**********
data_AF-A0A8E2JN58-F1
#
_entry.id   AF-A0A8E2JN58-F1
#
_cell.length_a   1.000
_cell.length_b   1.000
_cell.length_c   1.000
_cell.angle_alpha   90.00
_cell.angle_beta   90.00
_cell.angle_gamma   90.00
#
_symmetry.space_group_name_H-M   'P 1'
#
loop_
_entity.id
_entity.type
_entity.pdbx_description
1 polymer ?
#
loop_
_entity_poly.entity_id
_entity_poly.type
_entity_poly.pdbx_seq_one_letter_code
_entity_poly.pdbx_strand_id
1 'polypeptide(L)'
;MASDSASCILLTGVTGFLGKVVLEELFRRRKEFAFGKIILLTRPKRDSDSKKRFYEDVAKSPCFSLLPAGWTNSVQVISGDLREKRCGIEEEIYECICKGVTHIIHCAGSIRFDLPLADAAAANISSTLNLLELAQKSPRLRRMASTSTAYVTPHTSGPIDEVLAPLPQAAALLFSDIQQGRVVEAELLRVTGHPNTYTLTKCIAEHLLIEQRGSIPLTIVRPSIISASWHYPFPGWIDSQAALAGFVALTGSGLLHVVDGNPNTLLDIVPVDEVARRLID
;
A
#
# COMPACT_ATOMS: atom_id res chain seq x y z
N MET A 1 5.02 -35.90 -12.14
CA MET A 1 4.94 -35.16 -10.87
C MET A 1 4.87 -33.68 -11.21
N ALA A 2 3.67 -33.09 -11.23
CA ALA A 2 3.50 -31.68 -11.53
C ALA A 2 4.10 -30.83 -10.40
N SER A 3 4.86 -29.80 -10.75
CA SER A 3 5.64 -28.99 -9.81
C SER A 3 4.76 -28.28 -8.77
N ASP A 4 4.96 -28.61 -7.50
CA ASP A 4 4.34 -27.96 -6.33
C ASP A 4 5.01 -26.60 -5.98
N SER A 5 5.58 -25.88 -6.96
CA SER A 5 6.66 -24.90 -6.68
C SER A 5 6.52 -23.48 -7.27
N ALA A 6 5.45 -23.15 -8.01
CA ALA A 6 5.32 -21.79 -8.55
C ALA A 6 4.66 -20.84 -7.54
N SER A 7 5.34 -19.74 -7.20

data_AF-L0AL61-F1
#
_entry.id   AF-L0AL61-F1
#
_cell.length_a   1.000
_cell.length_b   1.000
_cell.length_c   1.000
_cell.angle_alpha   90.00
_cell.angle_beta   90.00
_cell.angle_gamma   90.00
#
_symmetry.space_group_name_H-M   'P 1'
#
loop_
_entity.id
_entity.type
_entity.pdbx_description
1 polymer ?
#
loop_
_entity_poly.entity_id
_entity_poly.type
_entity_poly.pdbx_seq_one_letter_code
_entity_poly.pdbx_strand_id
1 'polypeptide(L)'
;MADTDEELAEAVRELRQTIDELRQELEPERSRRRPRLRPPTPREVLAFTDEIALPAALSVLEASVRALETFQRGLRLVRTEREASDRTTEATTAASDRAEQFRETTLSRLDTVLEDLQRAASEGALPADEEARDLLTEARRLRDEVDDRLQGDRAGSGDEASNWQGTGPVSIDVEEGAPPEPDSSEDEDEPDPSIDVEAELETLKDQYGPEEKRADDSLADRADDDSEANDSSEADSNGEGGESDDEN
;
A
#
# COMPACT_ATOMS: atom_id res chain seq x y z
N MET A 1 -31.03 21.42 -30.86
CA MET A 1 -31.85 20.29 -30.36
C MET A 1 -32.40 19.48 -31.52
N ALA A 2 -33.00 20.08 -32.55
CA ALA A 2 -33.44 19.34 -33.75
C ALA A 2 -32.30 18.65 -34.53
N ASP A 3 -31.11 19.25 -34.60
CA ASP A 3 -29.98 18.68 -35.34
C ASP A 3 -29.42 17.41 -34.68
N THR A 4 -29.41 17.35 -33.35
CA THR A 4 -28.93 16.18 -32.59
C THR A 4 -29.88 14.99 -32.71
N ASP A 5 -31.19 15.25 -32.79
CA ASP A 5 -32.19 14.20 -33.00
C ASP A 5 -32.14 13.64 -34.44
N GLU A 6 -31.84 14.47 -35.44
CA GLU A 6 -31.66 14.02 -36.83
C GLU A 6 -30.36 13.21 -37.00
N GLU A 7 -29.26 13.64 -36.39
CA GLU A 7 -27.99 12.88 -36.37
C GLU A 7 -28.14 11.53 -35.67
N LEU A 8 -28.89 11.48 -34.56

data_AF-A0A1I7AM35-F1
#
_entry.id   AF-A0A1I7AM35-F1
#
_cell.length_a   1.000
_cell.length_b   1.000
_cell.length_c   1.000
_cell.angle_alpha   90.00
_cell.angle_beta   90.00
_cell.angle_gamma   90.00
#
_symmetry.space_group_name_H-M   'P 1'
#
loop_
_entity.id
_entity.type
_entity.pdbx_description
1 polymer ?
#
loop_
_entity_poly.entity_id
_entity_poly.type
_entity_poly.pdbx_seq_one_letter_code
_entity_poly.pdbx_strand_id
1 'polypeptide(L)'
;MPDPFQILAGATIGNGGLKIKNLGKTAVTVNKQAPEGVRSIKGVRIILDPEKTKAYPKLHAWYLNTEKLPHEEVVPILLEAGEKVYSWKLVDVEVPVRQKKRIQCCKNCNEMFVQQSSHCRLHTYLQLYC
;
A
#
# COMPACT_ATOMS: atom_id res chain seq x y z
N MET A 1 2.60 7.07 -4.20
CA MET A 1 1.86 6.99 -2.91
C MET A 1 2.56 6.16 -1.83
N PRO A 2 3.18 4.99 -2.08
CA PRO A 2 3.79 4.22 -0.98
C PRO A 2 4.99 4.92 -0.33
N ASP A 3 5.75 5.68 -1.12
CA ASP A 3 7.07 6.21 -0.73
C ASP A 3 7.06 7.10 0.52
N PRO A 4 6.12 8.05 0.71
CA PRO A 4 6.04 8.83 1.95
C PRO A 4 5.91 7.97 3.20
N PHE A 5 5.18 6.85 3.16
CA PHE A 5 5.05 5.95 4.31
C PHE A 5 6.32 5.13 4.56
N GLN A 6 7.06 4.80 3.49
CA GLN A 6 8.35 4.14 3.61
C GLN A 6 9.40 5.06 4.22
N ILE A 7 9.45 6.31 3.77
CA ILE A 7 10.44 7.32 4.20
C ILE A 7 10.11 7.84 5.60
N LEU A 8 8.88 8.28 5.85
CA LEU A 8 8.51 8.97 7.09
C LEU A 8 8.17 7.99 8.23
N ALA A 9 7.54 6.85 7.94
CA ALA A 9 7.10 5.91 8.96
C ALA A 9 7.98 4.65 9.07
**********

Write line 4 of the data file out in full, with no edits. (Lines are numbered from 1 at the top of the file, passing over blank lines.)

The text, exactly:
#